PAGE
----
Last month was the world's warmest November in recorded weather history, according to figures released by NASA's Goddard Space Flight Center.
The high temperatures continue a trend that's likely to establish 2015 as the warmest year ever recorded.
The global average temperature last month was warmer by 1.05 degrees Celsius than the overall average global temperature for the years 1880-2015, according to the Land-Ocean Temperature Index published by NASA. That marks only the second time the monthly index has climbed more than 1 degree above the average since 1880, which was when record-keeping began. The first time it happened was the month prior, in October of this year, when the global average temperature was 1.06 C above the average.
The World Meteorological Organization predicted in late November that the global average surface temperature will be the highest it has ever been. The WMO attributes this to both human-induced global warming and the El Nino climate pattern, which is ongoing.
Also in November, the agency conducted a five-year analysis and found the period from 2011 to 2015 to be the hottest five-year period ever recorded.
"The record high temperatures in the five-year period 2011-15, along with the annual record set in 2014 and likely to be broken in 2015, are consistent with established long-term warming trends, the dominant cause of which is the emission of anthropogenic greenhouse gases," the report said. Anthropogenic means greenhouse gases caused by human activity. "Year-to-year temperature changes occur in conjunction with the long-term warming trend, in particular as a result of El Nino and La Nina events."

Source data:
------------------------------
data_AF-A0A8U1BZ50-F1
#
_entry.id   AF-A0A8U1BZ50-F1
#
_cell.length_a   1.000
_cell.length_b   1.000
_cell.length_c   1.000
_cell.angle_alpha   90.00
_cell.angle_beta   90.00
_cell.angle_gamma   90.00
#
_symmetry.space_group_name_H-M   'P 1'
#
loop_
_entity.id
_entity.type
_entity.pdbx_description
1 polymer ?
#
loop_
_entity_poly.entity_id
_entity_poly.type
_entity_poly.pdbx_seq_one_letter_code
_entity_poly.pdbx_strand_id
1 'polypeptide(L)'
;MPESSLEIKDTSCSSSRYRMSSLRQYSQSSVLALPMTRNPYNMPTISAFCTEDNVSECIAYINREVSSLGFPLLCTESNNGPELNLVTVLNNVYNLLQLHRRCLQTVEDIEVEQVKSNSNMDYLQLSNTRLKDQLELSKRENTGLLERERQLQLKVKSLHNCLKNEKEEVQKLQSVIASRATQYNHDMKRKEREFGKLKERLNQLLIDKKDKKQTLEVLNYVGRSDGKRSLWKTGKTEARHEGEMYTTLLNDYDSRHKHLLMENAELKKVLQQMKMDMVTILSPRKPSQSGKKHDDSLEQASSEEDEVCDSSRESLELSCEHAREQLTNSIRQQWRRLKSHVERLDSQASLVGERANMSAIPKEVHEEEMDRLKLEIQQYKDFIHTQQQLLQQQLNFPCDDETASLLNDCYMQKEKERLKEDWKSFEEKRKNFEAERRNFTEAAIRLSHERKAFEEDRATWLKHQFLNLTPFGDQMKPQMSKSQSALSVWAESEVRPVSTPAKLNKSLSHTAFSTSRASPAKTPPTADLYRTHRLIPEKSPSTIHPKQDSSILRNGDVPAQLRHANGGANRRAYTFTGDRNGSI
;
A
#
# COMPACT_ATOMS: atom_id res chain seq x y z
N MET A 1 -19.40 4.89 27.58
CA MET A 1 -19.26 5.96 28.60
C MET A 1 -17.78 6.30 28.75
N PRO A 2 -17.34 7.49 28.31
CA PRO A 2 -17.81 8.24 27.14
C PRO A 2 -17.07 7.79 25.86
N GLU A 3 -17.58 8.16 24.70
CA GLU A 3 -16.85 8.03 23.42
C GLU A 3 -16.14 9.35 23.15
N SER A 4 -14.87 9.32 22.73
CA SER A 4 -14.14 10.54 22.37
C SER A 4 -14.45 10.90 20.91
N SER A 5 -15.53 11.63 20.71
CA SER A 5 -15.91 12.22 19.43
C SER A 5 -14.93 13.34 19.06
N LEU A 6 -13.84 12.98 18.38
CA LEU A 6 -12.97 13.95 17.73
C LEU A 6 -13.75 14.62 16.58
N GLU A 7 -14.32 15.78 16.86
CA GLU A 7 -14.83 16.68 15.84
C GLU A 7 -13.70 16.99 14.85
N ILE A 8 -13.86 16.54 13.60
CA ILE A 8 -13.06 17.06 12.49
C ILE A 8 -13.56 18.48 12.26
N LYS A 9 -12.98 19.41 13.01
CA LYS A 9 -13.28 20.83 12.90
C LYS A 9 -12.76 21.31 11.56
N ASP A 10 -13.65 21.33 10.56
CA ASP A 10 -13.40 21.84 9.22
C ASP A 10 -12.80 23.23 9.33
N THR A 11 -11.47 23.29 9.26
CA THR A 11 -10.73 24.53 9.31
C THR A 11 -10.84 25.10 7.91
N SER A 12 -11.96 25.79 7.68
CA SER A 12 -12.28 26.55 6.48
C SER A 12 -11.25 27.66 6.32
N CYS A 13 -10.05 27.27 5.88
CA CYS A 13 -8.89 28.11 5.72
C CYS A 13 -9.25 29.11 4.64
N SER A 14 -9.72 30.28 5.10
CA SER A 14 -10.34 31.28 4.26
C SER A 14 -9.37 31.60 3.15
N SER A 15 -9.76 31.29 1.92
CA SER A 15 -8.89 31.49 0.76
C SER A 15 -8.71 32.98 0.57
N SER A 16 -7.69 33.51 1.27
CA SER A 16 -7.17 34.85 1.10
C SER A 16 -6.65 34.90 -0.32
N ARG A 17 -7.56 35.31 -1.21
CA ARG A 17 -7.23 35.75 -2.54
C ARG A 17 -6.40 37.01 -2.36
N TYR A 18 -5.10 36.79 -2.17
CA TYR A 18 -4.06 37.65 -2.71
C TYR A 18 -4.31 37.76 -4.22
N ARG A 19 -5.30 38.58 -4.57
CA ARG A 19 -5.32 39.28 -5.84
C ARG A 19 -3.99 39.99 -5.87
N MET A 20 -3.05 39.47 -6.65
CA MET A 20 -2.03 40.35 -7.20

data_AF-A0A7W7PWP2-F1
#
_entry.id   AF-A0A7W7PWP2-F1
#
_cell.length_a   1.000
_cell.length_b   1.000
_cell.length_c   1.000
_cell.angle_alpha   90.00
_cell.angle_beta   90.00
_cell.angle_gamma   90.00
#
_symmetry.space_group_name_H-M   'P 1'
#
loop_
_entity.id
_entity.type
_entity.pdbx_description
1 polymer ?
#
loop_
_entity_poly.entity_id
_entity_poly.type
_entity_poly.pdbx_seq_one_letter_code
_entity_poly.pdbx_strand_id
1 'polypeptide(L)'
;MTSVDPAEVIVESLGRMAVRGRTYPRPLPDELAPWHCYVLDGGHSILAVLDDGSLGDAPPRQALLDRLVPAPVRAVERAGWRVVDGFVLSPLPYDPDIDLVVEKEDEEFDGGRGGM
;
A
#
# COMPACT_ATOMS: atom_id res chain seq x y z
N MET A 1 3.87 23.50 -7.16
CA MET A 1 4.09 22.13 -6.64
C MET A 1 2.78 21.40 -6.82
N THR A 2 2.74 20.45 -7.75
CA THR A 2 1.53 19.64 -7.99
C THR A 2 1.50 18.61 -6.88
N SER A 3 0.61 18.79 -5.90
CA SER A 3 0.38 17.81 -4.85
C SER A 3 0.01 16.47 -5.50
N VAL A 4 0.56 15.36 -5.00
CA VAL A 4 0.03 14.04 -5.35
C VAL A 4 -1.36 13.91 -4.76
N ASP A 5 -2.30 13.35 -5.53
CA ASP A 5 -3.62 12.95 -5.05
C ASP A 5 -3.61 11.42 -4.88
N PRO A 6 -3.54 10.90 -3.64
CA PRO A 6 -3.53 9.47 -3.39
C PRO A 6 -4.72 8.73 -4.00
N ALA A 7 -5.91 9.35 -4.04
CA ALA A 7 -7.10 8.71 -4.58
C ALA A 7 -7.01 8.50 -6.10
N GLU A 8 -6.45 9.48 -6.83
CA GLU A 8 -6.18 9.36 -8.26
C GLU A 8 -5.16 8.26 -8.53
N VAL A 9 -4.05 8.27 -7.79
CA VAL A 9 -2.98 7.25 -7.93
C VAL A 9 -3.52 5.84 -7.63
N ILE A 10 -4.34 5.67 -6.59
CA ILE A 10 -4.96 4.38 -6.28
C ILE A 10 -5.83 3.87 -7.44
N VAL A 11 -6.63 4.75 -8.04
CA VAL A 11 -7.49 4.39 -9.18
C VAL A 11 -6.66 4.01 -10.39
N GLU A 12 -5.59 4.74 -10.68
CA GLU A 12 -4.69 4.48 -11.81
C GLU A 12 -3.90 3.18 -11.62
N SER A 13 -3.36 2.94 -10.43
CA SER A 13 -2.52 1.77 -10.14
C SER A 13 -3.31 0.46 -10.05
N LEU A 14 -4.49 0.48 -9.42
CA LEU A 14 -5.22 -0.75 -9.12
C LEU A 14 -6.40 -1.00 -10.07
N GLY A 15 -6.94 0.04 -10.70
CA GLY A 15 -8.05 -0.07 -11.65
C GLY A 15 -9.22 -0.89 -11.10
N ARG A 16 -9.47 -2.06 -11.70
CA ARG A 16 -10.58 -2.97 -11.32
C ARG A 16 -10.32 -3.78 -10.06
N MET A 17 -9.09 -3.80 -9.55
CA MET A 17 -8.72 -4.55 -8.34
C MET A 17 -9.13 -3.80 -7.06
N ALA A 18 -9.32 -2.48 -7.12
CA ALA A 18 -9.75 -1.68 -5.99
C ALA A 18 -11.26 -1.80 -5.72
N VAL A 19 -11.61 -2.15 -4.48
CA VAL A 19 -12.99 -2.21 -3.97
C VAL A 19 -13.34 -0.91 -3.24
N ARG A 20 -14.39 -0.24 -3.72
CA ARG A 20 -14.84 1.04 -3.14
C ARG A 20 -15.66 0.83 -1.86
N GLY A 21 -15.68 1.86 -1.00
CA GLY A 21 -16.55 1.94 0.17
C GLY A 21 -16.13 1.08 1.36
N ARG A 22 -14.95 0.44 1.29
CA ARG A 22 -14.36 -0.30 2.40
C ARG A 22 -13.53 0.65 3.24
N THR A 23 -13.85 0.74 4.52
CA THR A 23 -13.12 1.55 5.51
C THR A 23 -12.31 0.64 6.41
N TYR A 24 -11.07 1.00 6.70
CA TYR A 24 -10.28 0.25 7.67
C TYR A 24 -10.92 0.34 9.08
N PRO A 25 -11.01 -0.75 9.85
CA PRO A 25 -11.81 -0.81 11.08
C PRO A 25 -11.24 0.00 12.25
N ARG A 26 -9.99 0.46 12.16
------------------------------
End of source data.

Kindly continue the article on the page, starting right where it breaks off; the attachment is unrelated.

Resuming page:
A few weeks later, the trend has continued in many parts of the United States.
Temperatures have been particularly high in the Northeast; daily high temperatures in New York City were still climbing above 60 degrees Fahrenheit on Tuesday, though they are beginning to cool.
Further fueling the unseasonably warm temperatures are other climate patterns, including a strongly positive Arctic Oscillation, as NOAA's Mike Halpert told CNBC last week.
While the world's temperature is rising overall, weather has been significantly colder recently in some parts of the United States. A winter storm swept across much of the West and Rocky Mountain states, dumping more than 30 inches of snow in Montana and Wyoming, and well above 20 inches elsewhere, according to Weather.com.